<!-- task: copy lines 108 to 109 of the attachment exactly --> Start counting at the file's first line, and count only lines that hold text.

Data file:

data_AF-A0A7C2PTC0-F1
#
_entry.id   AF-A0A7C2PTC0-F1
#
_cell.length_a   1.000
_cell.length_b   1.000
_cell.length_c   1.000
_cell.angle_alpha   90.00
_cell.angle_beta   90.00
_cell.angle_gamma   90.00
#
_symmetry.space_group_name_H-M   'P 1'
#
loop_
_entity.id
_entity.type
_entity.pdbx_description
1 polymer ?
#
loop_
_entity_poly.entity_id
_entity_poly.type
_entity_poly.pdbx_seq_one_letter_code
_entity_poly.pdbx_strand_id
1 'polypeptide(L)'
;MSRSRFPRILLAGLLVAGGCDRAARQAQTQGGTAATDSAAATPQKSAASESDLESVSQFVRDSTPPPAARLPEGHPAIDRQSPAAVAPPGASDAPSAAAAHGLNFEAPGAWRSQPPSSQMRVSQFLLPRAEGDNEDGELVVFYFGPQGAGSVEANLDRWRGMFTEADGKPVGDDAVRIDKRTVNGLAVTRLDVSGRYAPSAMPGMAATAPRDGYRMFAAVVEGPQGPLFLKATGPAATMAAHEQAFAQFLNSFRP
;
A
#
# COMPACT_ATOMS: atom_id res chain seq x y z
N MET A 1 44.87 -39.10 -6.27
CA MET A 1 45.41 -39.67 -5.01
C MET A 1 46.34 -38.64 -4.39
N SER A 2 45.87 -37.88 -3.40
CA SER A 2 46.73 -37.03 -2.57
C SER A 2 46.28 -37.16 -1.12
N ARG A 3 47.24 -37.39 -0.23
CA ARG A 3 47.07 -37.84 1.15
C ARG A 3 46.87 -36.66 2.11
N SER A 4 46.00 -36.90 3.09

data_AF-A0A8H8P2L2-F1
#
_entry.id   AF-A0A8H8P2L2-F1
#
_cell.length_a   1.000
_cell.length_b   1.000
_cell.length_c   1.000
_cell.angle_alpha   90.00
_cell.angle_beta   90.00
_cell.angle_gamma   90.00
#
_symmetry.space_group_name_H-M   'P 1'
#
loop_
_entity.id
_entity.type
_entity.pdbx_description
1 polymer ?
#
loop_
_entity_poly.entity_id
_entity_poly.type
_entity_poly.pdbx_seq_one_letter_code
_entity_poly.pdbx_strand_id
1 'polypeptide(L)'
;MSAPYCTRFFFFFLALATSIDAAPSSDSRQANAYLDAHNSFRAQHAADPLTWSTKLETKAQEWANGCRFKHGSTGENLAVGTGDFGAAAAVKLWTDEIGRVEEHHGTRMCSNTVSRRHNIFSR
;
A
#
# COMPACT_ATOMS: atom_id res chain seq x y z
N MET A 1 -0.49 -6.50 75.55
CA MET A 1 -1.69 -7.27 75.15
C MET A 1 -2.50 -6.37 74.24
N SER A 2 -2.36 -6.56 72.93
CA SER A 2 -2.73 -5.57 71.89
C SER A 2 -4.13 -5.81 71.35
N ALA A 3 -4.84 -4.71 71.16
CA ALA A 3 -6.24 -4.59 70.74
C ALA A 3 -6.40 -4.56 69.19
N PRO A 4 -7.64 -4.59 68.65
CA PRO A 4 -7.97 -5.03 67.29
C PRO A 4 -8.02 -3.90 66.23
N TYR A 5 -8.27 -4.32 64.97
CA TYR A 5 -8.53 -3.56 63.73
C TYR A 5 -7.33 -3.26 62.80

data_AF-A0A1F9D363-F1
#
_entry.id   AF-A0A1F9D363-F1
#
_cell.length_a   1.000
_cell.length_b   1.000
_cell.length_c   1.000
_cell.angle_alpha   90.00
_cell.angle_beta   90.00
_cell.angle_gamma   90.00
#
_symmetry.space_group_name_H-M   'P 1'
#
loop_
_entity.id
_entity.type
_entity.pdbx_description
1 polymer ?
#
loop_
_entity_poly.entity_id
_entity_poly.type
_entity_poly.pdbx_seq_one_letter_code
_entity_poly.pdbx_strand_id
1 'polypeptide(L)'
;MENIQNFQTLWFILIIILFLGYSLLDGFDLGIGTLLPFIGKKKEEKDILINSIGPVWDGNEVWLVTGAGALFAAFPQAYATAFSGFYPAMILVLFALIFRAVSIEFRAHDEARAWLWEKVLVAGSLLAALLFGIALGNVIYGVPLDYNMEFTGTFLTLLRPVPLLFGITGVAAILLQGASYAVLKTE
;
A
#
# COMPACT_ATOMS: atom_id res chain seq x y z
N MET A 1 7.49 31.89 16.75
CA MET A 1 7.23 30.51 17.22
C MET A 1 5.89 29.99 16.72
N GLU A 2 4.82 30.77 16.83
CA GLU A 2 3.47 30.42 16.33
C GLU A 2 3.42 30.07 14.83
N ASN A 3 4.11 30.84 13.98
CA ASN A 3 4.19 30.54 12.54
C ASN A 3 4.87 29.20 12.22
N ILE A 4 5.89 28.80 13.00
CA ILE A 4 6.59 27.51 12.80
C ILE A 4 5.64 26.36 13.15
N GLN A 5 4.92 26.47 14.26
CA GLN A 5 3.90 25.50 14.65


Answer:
_entity_poly.pdbx_seq_one_letter_code
_entity_poly.pdbx_strand_id